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Getting digital terminology right

Written by Ryan | 24-Jul-2009 15:51:08

It is always a key part of communication with Clients to ensure that the use of digital terminology is straightforward and correct. Maybe it is the rigour of ensuring this in a day to day working environment that leads me to spot the incorrect use of terms in the national media so often. The most common of all confusion being the use of the term "hits".

From the BBC website today, regarding the volume of traffic arriving at the National Swine Flu website:

Now I can't be 100% sure, but I fairly confident that the BBC, or the Government, don't really mean "hits". It is arguable, but generally accepted, that a hit is counted when any /wp-content/uploads/file is served on a web page. If a page contains several components (images, /wp-content/uploads/files, frames) then a single page load could lead to many "hits". I am quite sure that the BBC/Government mean that the site was receiving 2,600 visits per second - so why not say so? Surely the use of the term "visit" is clearer to the general public anyway?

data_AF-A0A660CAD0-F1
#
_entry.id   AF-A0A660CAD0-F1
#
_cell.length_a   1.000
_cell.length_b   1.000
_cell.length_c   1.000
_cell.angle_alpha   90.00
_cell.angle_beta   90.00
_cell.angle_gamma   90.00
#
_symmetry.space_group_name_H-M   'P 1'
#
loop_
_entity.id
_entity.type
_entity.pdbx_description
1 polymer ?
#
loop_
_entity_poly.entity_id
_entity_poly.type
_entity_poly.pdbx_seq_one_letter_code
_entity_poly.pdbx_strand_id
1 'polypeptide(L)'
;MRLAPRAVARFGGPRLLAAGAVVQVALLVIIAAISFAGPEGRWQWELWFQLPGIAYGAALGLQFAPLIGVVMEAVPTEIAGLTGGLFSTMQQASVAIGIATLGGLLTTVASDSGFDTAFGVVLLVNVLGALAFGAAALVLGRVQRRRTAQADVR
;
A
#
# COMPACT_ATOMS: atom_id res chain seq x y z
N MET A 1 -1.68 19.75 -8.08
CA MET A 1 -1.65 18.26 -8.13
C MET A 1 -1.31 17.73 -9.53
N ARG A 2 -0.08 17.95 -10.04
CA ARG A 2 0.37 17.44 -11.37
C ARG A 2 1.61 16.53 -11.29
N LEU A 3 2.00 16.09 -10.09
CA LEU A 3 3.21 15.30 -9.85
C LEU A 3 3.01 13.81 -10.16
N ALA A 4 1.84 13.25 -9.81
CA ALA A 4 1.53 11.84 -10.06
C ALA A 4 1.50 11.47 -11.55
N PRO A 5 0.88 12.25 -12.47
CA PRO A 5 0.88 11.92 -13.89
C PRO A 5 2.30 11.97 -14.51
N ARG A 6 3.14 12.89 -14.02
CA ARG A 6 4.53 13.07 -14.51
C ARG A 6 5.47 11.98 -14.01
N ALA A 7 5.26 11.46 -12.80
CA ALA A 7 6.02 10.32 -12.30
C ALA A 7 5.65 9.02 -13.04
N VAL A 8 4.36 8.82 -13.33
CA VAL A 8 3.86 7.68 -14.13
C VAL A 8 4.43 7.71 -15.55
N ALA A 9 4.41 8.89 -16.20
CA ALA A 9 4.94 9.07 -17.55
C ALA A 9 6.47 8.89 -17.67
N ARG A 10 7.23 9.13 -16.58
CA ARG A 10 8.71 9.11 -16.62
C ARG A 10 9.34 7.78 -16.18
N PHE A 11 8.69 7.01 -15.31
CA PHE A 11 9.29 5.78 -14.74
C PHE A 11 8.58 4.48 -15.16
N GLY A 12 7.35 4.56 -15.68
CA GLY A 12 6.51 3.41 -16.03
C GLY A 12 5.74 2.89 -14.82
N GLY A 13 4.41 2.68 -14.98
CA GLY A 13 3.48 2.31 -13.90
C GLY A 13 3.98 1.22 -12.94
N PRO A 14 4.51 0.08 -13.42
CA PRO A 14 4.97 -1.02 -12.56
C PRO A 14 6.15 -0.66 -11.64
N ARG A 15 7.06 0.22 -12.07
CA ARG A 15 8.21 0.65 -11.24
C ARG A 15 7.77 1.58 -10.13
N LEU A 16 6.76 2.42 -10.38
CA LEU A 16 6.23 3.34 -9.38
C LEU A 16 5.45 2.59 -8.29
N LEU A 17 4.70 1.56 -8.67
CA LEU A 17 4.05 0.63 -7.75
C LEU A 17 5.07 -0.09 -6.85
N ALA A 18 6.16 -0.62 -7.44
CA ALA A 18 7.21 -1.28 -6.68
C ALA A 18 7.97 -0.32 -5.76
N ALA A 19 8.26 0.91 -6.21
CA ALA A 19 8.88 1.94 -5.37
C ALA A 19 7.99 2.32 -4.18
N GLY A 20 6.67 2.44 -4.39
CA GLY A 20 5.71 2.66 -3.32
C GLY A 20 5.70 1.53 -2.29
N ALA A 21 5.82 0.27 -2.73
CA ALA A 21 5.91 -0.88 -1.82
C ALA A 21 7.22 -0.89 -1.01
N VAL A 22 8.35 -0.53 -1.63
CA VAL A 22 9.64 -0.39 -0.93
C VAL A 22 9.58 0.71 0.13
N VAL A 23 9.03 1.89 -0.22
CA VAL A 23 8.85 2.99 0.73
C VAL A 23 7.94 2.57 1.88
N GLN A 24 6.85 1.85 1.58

Further to this, from what we can see the National Swine Flu website has no web analytics installed, so the stats for performance must be coming from server web logs. The reliability of this data therefore gets more and more questionable. The public and media may be crying out for information, but surely it should only be released if it is reliable?

Pedantic it may be to question the use of terminolgy in this way, but this is driven by the habit of removing ambiguity of terminology from Client communication. If we were to agree with a Client that an acceptable website performance benchmark was 100,000 hits per month, I think we'd be quite keen to clearly understand what their understanding of a "hit" really is….